Legalism (christianity)

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Within theology, legalism is an overemphasis on conduct and good deeds, via "keeping the law", as opposed to grace. Depending on the group, the "law" is defined differently: some groups define it as the Old Testament requirements (mainly the dietary laws and worship on Saturdays, the original Sabbath), while others define it in terms of the group's historical teachings and personal preferences.

There are two variants of legalism:

  • The first teaches that keeping the law is mandatory for ultimate eternal salvation. This variant is commonly held by groups considered cults e.g. Jehovah's Witnesses, Mormons, Seventh-Day Adventists), and is generally rejected by most Christians, as it is the opposite of Sola Fide, which maintains the view that belief in Jesus Christ is the only way one can obtain eternal life.
  • The other variant teaches that a Christian should conduct himself/herself in a Godly manner, but in doing so emphasizes certain external requirements (e.g. women not wearing pants or jeans, men having short hair and no facial hair, not using alcohol or tobacco, avoiding secular movies or music or even television completely, requiring adherence to Old Testament dietary laws), often to a level above Biblical standards themselves, and even to the point that failure to do so can result in removal from a congregation. Groups holding to this variant do not believe that failure to maintain the requirements will result in loss of salvation, but that it presents a poor witness (or may be proof of lack of real salvation in the first place). This variant is commonly held by fundamentalist churches and groups.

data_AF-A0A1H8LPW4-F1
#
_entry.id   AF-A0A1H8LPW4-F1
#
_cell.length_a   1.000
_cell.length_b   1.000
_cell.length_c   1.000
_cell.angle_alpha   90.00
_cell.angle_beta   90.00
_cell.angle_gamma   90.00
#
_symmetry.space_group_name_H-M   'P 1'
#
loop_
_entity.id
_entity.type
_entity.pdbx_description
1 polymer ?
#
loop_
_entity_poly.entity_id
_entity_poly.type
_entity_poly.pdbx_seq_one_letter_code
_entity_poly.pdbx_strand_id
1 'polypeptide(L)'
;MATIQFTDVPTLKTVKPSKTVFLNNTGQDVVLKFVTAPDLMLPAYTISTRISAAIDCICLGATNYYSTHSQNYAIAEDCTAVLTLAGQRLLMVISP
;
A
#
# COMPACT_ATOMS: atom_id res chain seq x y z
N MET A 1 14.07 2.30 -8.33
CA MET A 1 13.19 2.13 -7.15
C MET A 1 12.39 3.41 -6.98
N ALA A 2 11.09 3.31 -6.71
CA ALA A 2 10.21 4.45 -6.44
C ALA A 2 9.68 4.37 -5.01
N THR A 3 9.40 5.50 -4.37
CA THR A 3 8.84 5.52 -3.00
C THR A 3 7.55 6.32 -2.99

The term "legalism" or "legalist" is also used as a pejorative by persons (both Christians and non-Christians) who dislike Christians telling them about their sins, and thus label the other person as such, even when the other person is not holding to extreme views as listed above.

See also